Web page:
Ian Buruma. New York: Farrar Strauss Giroux 1994
Germany and Japan were somewhat reluctant allies in World War II. Both suffered crushing defeat and occupation by the victors. Both were responsible for wartime atrocities against civilian populations as well as military opponents. Both have experienced war crimes trials, democratic political reforms, and national humiliation. And 50 years after, both are still dealing with the overriding problem of guilt: coming to terms with it, assuming responsibility for it, and undertaking necessary changes in political life, education, the legal system, and the constitutional framework within which citizens operate.
This complex process is enabled and mediated by the memories (accurate or otherwise) which people hold of the war and their own, their family's or community's participation in it. Memories are colored by many psychological and sociological factors, including present-day politics. Yet in their very heterogeneity and inconsistency they can provide clues and significant patterns to an understanding of the continuing working out of guilt, both personal and collective.
To find such patterns is the objective of this admirable book. Ian Buruma, a travel writer, novelist, and essayist, undertook extended (and repeated) visits to Germany and Japan, where he talked with politicians, retired soldiers, military officials, bureaucrats, academics, students, and people in the street. He visited monuments, museums, and memorial sites, and analyzed the work of journalists, artists, and historians. Buruma is particularly good at revealing and interpreting the various factions which continue to dispute "what really happened" and try to impose their own "official" versions of events.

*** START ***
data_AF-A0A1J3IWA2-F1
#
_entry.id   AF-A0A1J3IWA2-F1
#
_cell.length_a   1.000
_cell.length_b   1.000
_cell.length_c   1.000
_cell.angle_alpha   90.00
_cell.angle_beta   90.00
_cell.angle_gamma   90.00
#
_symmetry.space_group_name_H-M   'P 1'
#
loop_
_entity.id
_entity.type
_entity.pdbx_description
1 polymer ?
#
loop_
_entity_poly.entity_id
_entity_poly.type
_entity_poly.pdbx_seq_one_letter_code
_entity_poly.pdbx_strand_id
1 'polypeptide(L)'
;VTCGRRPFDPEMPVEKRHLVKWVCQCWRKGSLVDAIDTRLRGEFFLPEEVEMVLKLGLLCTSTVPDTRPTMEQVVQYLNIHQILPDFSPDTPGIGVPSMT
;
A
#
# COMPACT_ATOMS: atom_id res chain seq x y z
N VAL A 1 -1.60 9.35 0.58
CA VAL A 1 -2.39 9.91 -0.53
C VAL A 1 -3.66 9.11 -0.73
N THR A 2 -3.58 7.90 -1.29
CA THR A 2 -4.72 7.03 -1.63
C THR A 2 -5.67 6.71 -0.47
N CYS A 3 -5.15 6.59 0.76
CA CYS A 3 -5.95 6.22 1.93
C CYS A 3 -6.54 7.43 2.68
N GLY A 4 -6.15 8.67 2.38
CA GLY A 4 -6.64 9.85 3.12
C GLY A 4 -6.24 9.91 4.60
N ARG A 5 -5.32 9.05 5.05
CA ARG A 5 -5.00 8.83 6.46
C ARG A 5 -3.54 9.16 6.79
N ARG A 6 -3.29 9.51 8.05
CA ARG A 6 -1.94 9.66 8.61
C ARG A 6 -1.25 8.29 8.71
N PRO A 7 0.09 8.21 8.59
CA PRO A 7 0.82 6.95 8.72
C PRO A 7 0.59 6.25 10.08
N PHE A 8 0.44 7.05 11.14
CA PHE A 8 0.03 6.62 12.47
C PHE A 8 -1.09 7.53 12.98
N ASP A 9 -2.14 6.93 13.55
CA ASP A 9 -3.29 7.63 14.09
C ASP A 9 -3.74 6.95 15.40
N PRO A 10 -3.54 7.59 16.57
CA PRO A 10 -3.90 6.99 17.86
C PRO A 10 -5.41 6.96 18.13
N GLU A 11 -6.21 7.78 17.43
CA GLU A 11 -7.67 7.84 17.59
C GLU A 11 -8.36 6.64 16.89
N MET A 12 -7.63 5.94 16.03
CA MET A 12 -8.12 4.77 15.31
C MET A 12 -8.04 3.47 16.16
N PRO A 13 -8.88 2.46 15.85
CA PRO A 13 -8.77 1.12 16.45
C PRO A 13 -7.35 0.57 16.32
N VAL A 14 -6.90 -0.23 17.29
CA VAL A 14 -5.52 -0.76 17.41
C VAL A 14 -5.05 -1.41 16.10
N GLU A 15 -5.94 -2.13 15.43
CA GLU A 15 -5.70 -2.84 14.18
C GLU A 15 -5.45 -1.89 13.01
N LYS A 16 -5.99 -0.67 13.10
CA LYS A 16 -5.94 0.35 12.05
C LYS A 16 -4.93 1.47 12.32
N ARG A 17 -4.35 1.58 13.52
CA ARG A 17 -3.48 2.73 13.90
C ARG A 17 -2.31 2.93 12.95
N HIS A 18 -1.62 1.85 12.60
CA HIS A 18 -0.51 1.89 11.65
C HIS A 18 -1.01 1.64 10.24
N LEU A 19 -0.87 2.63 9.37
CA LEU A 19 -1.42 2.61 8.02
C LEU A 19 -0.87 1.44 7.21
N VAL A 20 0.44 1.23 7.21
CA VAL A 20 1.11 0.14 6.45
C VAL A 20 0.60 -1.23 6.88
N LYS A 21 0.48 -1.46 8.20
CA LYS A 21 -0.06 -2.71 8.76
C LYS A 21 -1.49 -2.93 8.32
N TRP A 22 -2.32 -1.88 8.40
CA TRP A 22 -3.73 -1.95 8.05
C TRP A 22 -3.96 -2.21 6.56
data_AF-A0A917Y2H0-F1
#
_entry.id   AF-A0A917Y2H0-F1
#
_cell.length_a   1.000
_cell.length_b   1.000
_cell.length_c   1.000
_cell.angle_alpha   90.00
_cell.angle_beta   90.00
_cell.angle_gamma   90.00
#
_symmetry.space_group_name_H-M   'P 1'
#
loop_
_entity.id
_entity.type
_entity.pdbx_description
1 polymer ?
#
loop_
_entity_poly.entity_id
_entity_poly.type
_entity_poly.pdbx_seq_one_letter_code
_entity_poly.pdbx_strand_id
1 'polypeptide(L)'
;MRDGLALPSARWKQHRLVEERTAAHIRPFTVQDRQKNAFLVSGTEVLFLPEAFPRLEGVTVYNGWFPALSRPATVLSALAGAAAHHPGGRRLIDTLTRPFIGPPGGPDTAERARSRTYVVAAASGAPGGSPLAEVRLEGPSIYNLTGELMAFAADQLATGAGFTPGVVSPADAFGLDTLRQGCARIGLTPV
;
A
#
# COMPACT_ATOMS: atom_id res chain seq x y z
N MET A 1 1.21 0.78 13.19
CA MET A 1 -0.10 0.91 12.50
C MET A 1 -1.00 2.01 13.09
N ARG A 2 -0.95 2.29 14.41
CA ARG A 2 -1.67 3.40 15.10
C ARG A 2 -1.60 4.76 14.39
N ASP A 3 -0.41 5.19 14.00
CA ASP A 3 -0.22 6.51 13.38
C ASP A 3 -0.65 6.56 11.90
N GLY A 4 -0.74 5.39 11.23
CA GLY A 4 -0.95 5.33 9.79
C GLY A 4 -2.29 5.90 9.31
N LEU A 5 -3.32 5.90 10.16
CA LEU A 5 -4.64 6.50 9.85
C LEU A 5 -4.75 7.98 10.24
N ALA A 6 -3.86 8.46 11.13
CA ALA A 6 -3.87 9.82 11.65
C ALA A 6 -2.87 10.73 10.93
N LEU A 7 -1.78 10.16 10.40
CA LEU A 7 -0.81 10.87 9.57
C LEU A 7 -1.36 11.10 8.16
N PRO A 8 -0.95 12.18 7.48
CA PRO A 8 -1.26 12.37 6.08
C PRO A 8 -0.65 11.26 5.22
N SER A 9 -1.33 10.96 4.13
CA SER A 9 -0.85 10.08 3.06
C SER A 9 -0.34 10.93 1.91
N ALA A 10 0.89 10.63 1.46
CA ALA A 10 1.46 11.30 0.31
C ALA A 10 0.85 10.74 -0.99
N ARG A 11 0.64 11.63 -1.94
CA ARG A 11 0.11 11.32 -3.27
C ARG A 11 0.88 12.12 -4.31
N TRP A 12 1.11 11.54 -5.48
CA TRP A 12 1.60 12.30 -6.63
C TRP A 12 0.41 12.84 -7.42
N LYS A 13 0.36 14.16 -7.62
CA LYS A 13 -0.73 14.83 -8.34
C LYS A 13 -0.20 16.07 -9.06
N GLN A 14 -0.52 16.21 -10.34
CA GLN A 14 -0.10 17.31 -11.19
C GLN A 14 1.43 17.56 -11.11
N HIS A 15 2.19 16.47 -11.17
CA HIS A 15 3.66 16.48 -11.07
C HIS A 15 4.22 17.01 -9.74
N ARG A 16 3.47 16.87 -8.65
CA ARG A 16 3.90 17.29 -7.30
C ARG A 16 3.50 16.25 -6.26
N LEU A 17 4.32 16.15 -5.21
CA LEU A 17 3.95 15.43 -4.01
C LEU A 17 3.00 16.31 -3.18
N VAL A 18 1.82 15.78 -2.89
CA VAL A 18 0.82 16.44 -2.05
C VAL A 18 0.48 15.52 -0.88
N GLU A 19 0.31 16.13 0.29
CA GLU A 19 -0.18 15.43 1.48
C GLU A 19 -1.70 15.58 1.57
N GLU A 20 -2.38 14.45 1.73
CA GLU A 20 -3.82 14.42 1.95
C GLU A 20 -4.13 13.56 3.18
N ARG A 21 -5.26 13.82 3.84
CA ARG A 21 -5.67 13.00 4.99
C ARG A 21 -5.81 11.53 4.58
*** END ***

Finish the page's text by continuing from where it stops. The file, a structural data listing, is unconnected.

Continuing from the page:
Not surprisingly, Buruma finds that despite obvious parallels, the process differs substantially between the two countries. At the risk of oversimplifying, he finds for example that the Germans are consumed with guilt for the whole Nazi death-camp regime, with Auschwitz as the ever-potent, ever-present symbol. The complex cluster of memories around Auschwitz determines much of the ongoing debate in Germany, left, right, and centre. In Japan, by contrast, the debate lacks a clear focus; there is still great reluctance (and not only on the political right) to see Japan as the aggressor in the war and to regard wartime atrocities as anything other than "normal" war-time behavior. This of course inhibits any real acknowledgment of "guilt." At the same time, the ever-potent, ever-present symbol is that of Hiroshima, but this is an ambivalent one. On one hand, it represents the horror of total war, which everyone agrees must never happen again. On the other hand, it presents an opportunity to political apologists (left and right) to seize on the image of the Japanese as victims rather than aggressors.
The book is, however, much more than these central themes I have tried to elucidate. On several issues it provides information which may be a corrective to our own knowledge of history. In my case, for example, the details of the horrific Nanking Massacre of 1937, in which up to 300,000 Chinese were slaughtered by the Japanese invaders; of the fact that in East Germany the Nazi death camps were never actually dismantled, thus serving as part of the ideological campaign to minimize Nazi atrocities as not German but capitalist crimes. Only with reunification did German Democratic Republic citizens begin to learn the full story, but of course their ideological blinkers not only prevented their acknowledgment of a shared guilt, but added significantly to the difficulties of adjustment within the new Germany, for Westerners and Easterners alike.
There are fascinating explanations of cultural specifics such as the emperor worship of the Japanese, which served to excuse much behavior as only what was expected or required, and to shift responsibility to higher-ups in the system, thus obviating personal guilt. This also ties in with the high--virtually religious--emphasis on the ultimate virtue of self-sacrifice, most notably with the kamikaze pilots in the war, but also present as "honorable suicides" even today.
All in all, a portrait emerges of two peoples very dissimilar in culture and history, trying despite fearful obstacles to learn the truth of their own history, to understand and accept their own guilt, to exorcise their own devils, and to begin to build a more truly democratic society. Buruma lets us see flickers of light at the end of the tunnel, the emergence of hope.
Reviewed by John Marshall, a retired professor of library science.
Peace Magazine May-Jun 1995, page 30. Some rights reserved.
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